Apple Has Reportedly Acquired Italian Startup Stamplay

Apple has acquired Italian startup Stamplay, which offered an API-based back-end development platform, according to Italian newspaper Il Sole 24 Ore. The report claims Apple paid around five million euros for the company.

apple stamplay
The report does not cite Apple's standard statement for acquisitions, which typically reads "Apple buys smaller technology companies from time to time, and we generally do not discuss our purpose or plans." We've reached out to Apple for our own confirmation, but we did not immediately hear back.

Nevertheless, one telltale sign of the acquisition or at least an acqui-hire is that Stamplay's website was almost entirely stripped of information within the past few weeks, as is usually the case following Apple acquisitions.

Stamplay describes itself as a "low code workflow automation platform, empowering organizations to streamline manual work by integrating data and business applications used every day." The "API-based development platform" enables developers to build and launch "full-featured cloud-based web apps."

From the startup's LinkedIn page:

The powerful web-based editor includes everything a developer needs to create and run a powerful backend for their app, including popular APIs like Stripe (payments), Sendgrid (email), Twilio (SMS and VoIP), Pusher (realtime notifications) and many more.

The report was brought to our attention by setteBIT:

Stamplay was co-founded by Giuliano Iacobelli and Nicola Mattina.

Update: In a press release via setteBIT, the Università Roma Tre in Italy has confirmed that Apple acquired Stamplay.

Top Rated Comments

AngerDanger Avatar
45 months ago
I am not bright enough to digest this. Can somebody smarter than I am break this down into what it could be used for?
Can't help you there, but from what I know, when developing an app that accesses the internet, there tends to be a front end and a back end.

The front end runs code on the user's computer, moving data around on one device alone and not needing to communicate with other users. The backend runs on computers elsewhere, and when the front end needs some bit of information stored online (an account balance, a picture, the number of likes your stupid GIF got), it requests it from the server. Because multiple people are interacting with data simultaneously on the servers, and they need to do it quickly and securely, programming the back end of an app can be far more daunting than the front end.

Stamplay seems to make it much easier for businesses to develop backends without writing a lot of the server-side code from scratch by providing a "low code workflow automation platform, empowering organizations to streamline manual work by integrating data and business applications used every day."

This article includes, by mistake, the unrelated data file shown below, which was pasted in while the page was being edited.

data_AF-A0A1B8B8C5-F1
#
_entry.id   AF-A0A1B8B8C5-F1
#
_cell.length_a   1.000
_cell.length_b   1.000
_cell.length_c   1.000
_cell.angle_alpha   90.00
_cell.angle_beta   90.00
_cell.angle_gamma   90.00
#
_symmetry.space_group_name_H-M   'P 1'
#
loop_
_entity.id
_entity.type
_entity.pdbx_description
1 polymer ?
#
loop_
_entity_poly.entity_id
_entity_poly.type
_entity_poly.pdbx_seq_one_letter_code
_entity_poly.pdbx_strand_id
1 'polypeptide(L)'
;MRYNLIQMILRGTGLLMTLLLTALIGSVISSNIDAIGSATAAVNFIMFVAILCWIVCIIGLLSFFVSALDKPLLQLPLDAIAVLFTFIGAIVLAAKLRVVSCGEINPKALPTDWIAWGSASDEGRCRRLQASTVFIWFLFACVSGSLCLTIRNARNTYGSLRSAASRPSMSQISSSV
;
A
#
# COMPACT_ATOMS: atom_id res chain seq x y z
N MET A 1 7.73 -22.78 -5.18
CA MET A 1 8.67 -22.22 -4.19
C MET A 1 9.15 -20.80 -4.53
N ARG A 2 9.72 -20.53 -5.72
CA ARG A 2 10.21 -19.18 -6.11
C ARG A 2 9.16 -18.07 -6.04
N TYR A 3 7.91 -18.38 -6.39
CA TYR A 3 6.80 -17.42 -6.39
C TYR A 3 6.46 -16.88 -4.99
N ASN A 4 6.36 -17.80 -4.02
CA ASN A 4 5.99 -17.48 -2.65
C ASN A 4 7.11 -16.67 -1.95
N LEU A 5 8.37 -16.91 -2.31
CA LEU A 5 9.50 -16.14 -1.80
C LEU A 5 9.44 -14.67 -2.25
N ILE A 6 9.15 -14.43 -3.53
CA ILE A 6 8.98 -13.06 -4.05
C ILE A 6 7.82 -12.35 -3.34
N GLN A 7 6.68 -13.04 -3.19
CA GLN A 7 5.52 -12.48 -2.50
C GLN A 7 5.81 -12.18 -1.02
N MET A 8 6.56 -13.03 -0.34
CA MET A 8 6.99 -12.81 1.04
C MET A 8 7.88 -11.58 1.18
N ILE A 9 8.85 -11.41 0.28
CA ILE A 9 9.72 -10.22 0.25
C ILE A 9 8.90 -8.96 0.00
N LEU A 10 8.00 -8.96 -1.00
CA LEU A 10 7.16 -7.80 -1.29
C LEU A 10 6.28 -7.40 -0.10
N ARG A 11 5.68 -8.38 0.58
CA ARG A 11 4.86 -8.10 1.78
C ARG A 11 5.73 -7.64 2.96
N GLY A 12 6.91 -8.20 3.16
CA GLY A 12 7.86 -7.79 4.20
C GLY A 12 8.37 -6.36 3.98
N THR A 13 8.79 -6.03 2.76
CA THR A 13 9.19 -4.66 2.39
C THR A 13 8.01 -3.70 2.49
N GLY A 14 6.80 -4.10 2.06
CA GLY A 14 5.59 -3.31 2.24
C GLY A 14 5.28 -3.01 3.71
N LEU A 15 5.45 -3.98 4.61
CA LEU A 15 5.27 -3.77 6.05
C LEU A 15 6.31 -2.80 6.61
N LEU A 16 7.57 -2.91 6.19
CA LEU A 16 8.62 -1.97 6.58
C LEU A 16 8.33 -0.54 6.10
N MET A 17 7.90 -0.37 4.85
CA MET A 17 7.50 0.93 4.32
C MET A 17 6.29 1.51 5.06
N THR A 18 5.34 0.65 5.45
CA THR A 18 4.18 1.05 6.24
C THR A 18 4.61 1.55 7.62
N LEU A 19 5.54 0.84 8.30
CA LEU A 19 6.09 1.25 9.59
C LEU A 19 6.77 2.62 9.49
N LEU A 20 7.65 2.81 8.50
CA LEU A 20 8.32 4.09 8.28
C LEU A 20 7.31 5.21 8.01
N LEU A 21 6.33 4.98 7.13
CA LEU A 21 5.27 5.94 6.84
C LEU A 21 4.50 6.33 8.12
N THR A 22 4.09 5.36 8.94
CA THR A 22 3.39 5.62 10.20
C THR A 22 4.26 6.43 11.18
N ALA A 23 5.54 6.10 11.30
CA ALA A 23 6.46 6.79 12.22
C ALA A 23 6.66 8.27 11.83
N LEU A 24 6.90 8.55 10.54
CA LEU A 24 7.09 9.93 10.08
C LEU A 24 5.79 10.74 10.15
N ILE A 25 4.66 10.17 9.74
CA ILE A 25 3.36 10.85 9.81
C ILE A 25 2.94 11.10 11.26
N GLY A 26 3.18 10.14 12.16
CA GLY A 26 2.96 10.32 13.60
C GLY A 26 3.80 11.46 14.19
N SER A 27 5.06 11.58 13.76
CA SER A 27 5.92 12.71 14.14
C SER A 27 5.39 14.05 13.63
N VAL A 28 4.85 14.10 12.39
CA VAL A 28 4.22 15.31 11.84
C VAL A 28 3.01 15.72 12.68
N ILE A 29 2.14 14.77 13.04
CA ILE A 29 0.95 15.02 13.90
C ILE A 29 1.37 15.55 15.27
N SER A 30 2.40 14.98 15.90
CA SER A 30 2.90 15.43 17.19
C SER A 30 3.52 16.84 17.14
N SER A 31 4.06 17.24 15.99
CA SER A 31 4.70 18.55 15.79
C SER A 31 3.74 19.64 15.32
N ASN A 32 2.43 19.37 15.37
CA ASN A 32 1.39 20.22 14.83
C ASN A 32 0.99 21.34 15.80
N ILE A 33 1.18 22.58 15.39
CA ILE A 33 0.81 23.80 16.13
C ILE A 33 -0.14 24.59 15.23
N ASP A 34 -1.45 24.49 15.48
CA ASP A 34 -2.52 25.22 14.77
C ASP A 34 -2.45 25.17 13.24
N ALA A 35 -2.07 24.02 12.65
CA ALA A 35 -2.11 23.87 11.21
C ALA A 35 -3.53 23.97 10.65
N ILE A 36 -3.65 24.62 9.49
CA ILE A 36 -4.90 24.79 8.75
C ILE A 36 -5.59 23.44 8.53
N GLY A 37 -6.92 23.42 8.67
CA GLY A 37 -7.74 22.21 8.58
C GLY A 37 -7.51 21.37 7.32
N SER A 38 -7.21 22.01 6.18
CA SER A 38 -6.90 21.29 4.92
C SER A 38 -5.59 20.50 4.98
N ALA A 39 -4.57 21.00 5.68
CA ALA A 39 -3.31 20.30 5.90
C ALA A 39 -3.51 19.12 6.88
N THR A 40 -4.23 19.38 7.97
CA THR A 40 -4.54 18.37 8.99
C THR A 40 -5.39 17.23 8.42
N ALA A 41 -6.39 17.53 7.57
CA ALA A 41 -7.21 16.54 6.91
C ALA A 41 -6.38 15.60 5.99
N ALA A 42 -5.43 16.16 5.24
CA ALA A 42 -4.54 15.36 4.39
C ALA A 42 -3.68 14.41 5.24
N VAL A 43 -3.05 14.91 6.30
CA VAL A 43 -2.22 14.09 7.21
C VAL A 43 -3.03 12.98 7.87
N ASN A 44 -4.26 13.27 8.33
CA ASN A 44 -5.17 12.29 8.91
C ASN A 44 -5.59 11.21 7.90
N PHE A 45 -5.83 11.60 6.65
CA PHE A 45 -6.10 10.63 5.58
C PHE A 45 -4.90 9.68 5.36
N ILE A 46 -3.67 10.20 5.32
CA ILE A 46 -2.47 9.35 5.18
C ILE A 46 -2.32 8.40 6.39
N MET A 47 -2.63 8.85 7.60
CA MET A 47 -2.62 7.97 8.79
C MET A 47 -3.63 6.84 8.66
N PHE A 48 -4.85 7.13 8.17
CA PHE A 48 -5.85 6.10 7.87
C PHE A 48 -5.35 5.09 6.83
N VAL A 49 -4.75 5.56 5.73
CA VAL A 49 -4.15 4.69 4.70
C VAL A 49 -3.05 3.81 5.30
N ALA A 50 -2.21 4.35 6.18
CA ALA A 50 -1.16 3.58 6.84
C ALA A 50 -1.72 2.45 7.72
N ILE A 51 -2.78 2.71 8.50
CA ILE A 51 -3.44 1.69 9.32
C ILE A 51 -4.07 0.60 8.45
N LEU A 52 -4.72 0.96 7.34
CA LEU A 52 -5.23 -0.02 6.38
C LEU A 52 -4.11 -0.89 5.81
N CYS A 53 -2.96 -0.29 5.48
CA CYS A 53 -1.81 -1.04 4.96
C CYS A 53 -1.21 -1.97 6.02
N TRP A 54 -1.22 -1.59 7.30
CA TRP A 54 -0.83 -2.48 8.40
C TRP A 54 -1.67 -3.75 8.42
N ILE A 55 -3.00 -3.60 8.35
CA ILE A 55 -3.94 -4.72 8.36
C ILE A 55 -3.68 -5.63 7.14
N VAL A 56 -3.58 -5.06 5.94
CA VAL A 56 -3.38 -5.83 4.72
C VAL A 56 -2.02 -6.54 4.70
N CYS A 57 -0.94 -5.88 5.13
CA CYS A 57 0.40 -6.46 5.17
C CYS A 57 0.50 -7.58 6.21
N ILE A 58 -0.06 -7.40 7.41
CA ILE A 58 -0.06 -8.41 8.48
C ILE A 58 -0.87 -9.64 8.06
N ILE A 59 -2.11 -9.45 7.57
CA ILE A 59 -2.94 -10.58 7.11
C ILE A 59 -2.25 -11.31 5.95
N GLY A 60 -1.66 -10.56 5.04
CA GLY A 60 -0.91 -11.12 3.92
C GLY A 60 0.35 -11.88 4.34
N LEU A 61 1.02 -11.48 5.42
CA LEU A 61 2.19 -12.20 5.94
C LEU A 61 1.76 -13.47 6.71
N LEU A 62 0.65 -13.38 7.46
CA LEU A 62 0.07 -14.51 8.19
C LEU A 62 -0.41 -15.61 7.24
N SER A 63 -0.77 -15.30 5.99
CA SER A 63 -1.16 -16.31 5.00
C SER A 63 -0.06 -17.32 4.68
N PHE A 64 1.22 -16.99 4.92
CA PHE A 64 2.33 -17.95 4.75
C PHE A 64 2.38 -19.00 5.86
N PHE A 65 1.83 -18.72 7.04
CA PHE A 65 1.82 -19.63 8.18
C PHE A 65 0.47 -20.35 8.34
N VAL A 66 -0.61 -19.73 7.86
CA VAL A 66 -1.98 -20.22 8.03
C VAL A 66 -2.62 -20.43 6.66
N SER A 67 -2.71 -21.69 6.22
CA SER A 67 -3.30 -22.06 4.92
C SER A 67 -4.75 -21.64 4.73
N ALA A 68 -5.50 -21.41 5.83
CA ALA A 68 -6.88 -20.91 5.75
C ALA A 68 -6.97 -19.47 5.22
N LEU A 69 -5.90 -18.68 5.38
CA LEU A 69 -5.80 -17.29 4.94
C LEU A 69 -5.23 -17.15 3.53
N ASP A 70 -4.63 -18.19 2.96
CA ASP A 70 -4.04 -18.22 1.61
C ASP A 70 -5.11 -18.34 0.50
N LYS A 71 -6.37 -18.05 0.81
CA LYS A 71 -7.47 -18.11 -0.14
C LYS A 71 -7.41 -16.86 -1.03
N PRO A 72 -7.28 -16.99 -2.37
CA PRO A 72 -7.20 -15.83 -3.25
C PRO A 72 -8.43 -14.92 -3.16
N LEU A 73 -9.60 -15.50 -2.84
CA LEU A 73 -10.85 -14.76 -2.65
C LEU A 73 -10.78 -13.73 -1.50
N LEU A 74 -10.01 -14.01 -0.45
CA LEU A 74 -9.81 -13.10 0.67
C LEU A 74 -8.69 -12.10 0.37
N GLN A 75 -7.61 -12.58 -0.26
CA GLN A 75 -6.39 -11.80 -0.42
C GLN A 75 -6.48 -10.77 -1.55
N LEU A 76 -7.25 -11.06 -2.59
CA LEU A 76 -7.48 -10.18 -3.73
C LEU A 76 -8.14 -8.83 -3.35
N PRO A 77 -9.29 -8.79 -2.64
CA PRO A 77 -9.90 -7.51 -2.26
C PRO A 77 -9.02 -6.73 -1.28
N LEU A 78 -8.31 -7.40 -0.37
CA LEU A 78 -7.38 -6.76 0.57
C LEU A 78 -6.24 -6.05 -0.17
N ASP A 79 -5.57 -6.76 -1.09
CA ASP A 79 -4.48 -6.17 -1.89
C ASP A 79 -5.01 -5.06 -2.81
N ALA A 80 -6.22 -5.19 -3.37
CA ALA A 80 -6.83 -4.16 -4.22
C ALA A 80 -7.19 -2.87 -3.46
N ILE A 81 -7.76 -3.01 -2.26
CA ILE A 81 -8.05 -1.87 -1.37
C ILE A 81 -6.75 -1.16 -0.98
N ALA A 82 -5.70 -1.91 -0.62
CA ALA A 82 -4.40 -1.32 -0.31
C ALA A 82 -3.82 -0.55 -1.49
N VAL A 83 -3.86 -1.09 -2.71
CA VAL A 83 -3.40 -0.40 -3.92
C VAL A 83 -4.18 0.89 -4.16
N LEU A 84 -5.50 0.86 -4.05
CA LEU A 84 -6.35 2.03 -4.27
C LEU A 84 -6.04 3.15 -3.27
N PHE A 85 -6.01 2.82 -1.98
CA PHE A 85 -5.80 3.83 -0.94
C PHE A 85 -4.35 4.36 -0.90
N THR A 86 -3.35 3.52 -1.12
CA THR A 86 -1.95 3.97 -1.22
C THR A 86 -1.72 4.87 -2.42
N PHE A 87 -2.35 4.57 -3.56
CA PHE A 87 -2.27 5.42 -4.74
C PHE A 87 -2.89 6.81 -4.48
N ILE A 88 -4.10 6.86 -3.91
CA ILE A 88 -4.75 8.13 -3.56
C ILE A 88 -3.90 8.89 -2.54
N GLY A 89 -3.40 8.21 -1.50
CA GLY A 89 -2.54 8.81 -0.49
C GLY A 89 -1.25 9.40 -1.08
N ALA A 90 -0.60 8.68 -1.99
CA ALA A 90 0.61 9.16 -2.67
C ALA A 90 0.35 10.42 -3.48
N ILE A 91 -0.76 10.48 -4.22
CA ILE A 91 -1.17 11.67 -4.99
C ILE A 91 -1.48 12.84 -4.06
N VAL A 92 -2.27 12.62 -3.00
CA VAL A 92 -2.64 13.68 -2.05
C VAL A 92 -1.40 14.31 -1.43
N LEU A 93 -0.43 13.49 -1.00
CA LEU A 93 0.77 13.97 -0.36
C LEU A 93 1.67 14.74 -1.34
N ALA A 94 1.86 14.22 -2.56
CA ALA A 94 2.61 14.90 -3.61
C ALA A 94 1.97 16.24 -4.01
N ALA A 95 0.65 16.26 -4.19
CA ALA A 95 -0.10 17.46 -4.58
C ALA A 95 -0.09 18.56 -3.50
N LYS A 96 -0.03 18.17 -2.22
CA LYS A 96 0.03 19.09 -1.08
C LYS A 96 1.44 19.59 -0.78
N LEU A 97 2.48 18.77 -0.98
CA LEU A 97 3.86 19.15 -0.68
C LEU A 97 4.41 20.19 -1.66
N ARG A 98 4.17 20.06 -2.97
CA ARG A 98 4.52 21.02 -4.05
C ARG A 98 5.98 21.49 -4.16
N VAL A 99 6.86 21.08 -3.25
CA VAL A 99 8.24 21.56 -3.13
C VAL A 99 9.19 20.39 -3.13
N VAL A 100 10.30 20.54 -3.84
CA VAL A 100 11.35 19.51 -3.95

However, I think what Stamplay truly brings to the table is a goofy sounding name:

Score: 7 Votes (Like | Disagree)
ryanwarsaw Avatar
45 months ago
I am not bright enough to digest this. Can somebody smarter than I am break this down into what it could be used for?
Score: 4 Votes (Like | Disagree)
TinyTears Avatar
45 months ago
Lazy article.

1) They appear to be based in London, although founded by Italians.
2) It takes all of two seconds to confirm that they have been acquired by apple - https://beta.companieshouse.gov.uk/company/08168198/officers

I'm sure it's no coincidence that various lawyers with a registered address of One, Apple Park Way, Cupertino, California 95014, United States recently took on director roles at the company.
Score: 2 Votes (Like | Disagree)
drdreric Avatar
45 months ago
Maybe it was bought for FileMaker, not Apple directly. Could that explain the lack of the usual Apple acquisition statement?
Score: 1 Votes (Like | Disagree)
asiga Avatar
45 months ago
Web cloud-based apps: A bad thing for us who want to use code locally, under our control, as opposed to the service-based model that many tech companies (Apple included) are trying to push (because of many things: more frequent payments from subscriptions, more chances of monetizing users behaviour and data, more chances of forcing into buying new hardware by not allowing you to avoid updating, etc, etc).

It fits with the latest Apple strategies.
Score: 1 Votes (Like | Disagree)

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